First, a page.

The essence of ‘less’ has triggered various forms of traditional Japanese art. The traditional poem style of haiku, for example, is premised on a 5-7-5 line structure where less is often more.
Here is an example from haiku master poet, Yosa Buson (1716–1784):
A summer river being crossed
with sandals in my hands!
Light of the moon
Moves west, flowers’ shadows
In the moonlight,
The color and scent of the wisteria
Seems far away.
Zen minimalism and art have also converged in the commercial realm. MUJI, a Japanese retail company, promotes the aesthetics of ‘emptiness’ in the design of their products. By removing unnecessary extras and decorations, many of MUJI’s products are ‘empty vessels‘ that inspire creativity in users. Owners of such products make use of the item in a way that enriches their homes. They ‘design their own happiness’.
Zen Minimalism and Modern Architecture
The structure of most densely populated Japanese cities resembles a small, densely packed mosaic. So how, one might ask, does Japan’s architecture simultaneously illuminate nature and create a feeling of spaciousness?
The intangible concepts of Zen Buddhism are solidified in modern Japanese architecture. For instance, the uninterupted planes of soft, natural colors create a flowing sense of space. Consequently, these surfaces expand one’s eyesight across a structure’s entirety, rather than drawing it narrowly to single objects like doors and windows.
With a ‘less is more’ approach, minimalism creates space for the ‘designing of happiness’ (see MUJI) and limitless potential, even in the smallest of places.
Minimalism on the Inside
Inside a Japanese home, what is absent is just as important as what is there. Inherent in Japanese architecture is the elimination of the inessential, a decluttering of clutter.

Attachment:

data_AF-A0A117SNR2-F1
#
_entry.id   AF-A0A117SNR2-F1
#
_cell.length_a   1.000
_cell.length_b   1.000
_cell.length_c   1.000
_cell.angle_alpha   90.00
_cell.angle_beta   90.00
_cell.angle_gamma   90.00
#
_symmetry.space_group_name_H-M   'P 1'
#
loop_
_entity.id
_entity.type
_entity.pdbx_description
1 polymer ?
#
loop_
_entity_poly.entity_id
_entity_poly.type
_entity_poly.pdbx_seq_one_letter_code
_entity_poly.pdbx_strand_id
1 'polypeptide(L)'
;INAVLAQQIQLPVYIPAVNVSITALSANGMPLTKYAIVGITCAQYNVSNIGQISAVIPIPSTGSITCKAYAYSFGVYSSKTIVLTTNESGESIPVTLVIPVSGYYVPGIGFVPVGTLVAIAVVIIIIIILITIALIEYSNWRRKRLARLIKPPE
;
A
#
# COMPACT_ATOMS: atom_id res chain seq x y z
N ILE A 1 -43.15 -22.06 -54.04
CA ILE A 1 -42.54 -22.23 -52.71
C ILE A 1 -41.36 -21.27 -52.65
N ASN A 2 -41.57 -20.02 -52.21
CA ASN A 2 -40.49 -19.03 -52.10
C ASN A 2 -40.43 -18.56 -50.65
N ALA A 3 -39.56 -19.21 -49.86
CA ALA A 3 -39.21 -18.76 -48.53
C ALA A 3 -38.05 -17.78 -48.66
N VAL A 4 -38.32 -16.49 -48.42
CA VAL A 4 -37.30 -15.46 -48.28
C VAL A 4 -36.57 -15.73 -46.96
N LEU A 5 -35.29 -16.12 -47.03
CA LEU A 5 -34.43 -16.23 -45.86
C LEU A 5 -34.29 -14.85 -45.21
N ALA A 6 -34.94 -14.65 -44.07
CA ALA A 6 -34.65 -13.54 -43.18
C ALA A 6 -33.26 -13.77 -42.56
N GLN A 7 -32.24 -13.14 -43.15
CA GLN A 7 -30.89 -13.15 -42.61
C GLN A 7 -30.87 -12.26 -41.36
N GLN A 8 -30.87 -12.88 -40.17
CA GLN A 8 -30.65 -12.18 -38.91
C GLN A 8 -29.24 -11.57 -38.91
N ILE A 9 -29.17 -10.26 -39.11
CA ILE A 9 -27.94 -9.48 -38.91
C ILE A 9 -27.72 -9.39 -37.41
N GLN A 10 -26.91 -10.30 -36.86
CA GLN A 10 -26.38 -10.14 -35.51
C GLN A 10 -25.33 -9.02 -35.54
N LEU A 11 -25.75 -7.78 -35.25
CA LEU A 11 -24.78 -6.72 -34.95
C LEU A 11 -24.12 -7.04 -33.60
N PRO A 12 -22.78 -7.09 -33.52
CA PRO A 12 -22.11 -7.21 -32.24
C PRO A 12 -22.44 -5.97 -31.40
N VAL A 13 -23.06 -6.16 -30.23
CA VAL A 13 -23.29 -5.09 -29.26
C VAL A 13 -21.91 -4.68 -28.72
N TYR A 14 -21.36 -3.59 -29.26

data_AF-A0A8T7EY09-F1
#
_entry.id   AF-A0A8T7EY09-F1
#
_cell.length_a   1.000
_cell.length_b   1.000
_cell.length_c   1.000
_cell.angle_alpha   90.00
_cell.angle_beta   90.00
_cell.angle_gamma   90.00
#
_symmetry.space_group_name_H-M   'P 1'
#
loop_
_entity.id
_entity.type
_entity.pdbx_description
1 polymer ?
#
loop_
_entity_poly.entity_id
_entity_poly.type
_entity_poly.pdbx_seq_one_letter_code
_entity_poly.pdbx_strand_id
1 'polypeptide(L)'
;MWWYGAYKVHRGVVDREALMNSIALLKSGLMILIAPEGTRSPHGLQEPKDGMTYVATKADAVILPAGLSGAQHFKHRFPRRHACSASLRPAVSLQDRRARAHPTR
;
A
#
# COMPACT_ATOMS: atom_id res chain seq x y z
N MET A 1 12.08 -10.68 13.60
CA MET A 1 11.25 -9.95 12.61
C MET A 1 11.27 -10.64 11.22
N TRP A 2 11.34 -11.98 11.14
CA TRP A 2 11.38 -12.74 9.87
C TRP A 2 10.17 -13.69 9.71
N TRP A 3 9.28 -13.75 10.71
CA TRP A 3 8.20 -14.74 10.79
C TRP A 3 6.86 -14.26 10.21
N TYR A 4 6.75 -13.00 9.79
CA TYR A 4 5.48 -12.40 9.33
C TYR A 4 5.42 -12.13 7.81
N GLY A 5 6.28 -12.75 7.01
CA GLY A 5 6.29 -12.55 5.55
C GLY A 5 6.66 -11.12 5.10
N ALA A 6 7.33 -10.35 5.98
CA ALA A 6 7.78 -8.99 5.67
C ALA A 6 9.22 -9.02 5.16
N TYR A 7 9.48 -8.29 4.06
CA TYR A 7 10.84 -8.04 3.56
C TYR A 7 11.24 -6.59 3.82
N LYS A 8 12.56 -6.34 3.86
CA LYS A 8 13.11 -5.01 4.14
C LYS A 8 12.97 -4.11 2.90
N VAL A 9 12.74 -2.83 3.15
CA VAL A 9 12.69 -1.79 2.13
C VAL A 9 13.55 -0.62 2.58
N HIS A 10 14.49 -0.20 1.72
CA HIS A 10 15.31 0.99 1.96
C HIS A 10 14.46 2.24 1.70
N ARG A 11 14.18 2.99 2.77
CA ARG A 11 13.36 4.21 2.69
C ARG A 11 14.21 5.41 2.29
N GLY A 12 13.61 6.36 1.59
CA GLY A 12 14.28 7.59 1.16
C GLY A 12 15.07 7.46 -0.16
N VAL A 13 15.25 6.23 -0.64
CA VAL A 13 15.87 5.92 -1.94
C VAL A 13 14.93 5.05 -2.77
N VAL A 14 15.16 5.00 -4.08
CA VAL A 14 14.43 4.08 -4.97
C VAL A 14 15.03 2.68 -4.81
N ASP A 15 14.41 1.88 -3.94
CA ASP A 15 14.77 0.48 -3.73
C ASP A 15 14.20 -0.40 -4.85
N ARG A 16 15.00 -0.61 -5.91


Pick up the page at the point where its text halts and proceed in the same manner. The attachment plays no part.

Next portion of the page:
In Marie Kondo’s lifestyle of minimalism, amassing excessive possessions or unnecessary items within the home, rather ironically, creates a void. This void leaves us wanting more, and above all, taints us with an eternal sense of dissatisfaction.
According to Architect, Ralph Cram (1982 p. 139), the reserved and refined decoration of interior design is essential to Japanese home life. Objects and furnishings are of a simple and utilitarian quality; that is, present if they serve a useful purpose. As Cram asserts, ‘there is no ornament for the sake of ornament . . . no overloading of unnecessary decoration [and] no confusion of furnishings’.
Zen Minimalist Design and Social Harmony within the Home
A minimalist-styled house – with its lack of decorative distractions – forces people to concentrate on the presence of others. The broken down barriers of separateness and individual identity allow hosts and guests to feel more connected (Hoover 1988, p. 144). Importantly, this nurturing of social relationships is allowed for by ‘negative space’. The empty space of the home allows it to be filled, although with less tangible things.
Minimalism in Capsule Hotels
Capsule hotels first originated in Osaka in the late 1970s, and have demonstrated ongoing success in the Japanese market. These micro-accommodation units epitomise the living ideals of many Japanese people. For instance, the dense use of space and services in a utilitarian manner.
The spaces provide guests with a place to sleep, wash and eat – basic necessities. Despite it being an inexpensive overnight stay, the interior designs of many capsule hotels convey an ‘elitist’ image of class and sophistication. With their simplicity and modest sense of beauty, Japan’s capsule hotels embody the Zen minimalist concept of ‘shibusa’
The Minimalist Meal
According to Chef, Adam Liaw, you can make about 85 per cent of all Japanese dishes with nothing more than some soy sauce, sake and mirin. The presentation of this cuisine is certainly an art form, usually following principles of minimalism and beauty.
It is uncommon for a Japanese plates to be full. The concept of ‘empty space’ (Ma) is visible here. Plates will usually be at least 30% empty. This emptiness or ‘negative space’ (also intrinsic to interior design and artworks) focusses one’s gaze more prominently on the creation in front of them.
Significance in Anthropology: How Has Japan’s Minimalism Impacted the West?